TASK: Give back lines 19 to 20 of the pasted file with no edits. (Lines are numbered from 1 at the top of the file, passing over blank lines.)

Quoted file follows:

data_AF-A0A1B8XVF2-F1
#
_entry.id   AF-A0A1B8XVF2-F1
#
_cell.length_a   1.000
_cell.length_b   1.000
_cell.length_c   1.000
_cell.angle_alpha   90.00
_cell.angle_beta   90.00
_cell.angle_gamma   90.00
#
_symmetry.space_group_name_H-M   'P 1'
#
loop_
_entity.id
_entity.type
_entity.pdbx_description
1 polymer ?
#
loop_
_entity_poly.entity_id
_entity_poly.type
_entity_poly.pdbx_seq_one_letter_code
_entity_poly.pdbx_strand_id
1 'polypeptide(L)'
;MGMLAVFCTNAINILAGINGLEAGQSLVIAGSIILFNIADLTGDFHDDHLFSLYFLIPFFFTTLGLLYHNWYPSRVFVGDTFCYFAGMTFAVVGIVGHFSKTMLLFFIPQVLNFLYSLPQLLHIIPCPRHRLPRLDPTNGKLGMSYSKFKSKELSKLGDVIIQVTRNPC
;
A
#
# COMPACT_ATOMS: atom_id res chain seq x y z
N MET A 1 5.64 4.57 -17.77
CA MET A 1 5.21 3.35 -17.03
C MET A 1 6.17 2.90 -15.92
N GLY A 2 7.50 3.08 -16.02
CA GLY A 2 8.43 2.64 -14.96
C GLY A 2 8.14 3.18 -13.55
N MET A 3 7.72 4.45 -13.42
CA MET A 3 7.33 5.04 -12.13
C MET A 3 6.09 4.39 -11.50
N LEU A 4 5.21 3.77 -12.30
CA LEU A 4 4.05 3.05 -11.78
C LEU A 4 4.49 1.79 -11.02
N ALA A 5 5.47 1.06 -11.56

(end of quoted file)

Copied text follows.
#
loop_